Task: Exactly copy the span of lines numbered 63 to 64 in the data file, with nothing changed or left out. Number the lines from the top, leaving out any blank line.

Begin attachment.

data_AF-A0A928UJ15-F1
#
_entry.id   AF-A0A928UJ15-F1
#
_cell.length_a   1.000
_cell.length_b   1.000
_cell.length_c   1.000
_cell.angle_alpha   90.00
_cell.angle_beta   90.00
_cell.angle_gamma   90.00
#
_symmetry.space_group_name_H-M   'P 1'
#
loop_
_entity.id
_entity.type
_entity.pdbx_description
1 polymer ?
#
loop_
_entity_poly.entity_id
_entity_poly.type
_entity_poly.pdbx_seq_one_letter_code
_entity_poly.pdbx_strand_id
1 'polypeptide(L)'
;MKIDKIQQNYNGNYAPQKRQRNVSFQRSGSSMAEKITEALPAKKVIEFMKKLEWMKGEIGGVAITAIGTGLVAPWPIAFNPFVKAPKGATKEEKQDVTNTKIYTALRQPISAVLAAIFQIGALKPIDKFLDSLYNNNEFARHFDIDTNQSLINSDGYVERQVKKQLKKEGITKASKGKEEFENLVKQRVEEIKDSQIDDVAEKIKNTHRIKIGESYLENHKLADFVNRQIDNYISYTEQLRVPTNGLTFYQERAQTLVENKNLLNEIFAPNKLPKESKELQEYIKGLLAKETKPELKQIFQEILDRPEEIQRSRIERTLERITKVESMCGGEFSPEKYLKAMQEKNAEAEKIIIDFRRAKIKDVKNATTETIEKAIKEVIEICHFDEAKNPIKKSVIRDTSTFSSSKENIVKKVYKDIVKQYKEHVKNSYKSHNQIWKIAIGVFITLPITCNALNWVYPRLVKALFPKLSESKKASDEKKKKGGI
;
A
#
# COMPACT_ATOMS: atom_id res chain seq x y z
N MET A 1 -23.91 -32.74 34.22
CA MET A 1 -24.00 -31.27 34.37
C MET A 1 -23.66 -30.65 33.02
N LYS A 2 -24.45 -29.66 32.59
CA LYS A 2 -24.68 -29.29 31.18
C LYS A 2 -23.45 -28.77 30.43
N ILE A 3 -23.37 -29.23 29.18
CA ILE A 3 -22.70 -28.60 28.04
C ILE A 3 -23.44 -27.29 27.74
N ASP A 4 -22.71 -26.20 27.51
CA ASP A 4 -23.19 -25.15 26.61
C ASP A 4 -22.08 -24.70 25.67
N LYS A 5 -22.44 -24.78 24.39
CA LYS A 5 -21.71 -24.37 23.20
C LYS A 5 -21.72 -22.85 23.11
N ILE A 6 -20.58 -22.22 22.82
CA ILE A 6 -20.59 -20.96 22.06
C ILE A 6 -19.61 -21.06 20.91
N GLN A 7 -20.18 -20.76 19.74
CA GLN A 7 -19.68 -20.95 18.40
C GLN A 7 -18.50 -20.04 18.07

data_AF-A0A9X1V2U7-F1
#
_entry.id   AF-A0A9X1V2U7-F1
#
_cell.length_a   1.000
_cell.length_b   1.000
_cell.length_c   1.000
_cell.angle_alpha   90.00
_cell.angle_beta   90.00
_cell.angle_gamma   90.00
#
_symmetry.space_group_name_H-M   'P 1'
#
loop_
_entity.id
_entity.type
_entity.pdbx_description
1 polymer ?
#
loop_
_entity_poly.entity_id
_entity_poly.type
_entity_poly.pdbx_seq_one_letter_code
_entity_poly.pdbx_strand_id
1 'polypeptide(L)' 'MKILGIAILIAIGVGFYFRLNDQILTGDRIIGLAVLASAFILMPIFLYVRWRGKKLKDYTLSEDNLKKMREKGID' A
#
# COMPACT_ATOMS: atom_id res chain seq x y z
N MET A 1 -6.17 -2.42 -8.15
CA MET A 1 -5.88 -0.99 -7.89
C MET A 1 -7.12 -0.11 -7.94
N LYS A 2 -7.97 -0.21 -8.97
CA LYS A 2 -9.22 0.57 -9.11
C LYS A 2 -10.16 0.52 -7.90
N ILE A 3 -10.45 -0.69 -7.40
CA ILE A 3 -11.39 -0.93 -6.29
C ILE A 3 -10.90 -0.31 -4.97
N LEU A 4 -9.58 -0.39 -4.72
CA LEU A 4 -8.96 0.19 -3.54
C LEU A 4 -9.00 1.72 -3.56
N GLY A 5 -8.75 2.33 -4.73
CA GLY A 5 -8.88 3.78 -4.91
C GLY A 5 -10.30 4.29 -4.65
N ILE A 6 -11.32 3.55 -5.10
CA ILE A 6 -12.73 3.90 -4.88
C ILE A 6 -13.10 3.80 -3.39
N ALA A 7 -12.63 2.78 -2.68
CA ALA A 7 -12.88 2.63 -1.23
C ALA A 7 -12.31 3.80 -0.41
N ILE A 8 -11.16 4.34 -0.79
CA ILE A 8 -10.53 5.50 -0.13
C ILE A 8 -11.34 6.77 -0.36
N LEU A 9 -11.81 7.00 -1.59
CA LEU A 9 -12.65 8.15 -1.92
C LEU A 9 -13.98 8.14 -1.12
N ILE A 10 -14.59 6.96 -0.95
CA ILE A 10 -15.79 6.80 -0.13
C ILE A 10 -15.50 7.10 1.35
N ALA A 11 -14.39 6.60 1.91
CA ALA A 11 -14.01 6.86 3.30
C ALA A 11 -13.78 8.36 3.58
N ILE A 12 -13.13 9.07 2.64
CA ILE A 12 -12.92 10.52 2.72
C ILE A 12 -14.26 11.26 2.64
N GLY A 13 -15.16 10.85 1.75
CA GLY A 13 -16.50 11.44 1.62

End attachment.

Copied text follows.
_symmetry.space_group_name_H-M   'P 1'
#